A Pfizer spokeswoman, Amy Rose, said the company would “fulfill our supply commitments in line with our existing agreements — which are based on delivery of doses, not vials.”

When Pfizer first began shipping the vaccines in mid-December, it said that each vial contained enough liquid for five doses. But pharmacists in hospitals across the country soon noticed that the vials held enough for a sixth — and sometimes a seventh — dose. The discovery prompted a flurry of excitement and confusion, with some pharmacists throwing out the extra vaccine because they did not have permission to use it.

But they were soon advised by the F.D.A. that they could use those extra doses, which could be extracted with a so-called low dead volume syringe that is designed to cut down on wasted medication and vaccines.

Suddenly, it seemed as if the 100 million doses of vaccine that Pfizer has promised to the United States by the end of March would stretch to as much as 120 million — a welcome development given the scarcity of Covid-19 vaccines and the coronavirus pandemic’s mounting death toll.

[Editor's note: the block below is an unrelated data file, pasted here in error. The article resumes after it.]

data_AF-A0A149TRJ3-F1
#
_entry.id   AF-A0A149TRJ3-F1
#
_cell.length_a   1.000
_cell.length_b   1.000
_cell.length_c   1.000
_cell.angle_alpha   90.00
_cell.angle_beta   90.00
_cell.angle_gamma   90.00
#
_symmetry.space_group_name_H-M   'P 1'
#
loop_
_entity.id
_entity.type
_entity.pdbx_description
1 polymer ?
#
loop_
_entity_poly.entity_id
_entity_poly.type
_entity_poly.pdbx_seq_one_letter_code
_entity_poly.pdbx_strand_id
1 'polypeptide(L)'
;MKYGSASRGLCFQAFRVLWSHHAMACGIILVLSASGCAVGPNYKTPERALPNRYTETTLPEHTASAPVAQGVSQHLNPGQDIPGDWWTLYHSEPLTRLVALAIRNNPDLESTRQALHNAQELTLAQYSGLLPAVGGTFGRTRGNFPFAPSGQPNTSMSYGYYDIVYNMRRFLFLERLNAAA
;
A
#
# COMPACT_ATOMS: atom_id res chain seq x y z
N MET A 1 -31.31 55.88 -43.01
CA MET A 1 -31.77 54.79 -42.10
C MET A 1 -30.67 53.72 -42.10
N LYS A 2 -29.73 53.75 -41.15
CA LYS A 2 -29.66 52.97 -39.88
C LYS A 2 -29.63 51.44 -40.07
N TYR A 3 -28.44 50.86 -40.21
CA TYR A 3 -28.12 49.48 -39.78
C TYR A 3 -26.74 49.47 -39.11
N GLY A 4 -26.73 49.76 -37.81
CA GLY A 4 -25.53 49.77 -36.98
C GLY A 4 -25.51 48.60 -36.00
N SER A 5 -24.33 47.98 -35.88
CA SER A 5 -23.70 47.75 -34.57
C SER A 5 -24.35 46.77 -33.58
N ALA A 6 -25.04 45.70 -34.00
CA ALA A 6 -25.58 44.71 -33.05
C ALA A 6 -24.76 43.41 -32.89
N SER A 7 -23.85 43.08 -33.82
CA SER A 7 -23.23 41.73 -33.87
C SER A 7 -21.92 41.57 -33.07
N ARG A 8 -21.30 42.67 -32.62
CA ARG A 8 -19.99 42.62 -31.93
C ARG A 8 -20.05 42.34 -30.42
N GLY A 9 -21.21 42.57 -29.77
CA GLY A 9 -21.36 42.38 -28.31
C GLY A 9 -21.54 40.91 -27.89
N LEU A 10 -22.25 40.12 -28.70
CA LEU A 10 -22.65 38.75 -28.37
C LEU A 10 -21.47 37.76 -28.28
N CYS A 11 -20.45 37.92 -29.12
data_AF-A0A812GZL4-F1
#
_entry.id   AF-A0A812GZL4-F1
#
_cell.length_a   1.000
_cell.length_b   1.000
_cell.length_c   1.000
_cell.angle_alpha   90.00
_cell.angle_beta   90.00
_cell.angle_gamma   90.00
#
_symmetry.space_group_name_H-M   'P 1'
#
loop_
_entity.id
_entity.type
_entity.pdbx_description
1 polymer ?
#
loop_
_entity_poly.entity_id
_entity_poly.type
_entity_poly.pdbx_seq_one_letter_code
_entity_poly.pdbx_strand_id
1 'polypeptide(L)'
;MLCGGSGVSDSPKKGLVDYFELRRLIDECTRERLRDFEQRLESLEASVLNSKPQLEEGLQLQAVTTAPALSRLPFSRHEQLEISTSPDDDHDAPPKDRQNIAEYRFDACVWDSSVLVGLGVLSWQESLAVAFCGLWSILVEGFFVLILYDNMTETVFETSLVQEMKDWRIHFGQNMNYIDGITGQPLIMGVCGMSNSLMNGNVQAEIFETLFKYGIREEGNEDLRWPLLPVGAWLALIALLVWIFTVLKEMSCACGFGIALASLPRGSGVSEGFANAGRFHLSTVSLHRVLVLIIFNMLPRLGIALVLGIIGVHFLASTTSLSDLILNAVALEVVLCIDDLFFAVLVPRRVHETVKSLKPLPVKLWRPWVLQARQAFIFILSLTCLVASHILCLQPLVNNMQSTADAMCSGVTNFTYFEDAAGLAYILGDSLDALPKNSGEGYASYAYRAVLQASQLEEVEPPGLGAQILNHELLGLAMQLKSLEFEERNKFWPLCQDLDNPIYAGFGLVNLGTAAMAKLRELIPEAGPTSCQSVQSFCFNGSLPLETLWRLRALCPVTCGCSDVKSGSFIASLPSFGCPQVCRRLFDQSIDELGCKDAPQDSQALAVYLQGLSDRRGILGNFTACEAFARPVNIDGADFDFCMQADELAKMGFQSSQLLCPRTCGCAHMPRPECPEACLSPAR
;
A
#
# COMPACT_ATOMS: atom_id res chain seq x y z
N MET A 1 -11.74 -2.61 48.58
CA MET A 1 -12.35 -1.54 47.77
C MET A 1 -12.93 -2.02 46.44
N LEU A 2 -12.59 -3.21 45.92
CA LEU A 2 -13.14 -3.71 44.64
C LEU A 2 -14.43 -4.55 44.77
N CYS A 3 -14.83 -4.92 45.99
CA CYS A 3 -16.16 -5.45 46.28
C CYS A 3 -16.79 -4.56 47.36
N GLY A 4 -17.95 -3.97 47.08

But Pfizer insisted that those doses be counted toward its existing contract. It can now sell vials the United States had been expecting to other countries, or charge the United States for them in future deals. That could threaten the wave of good publicity that the company has enjoyed since developing a highly effective vaccine at record speed.

“Pfizer will make a lot of money from these vaccines, and the U.S. government assumed a lot of the upfront risk in this case, so I’m not sure why Pfizer didn’t just continue to fill their supply as planned, even if it meant oversupplying a little,” said Dr. Aaron S. Kesselheim, a professor of medicine at the Brigham and Women’s Hospital and Harvard Medical School, who studies drug prices.

Covid-19 Vaccines ›

Answers to Your Vaccine Questions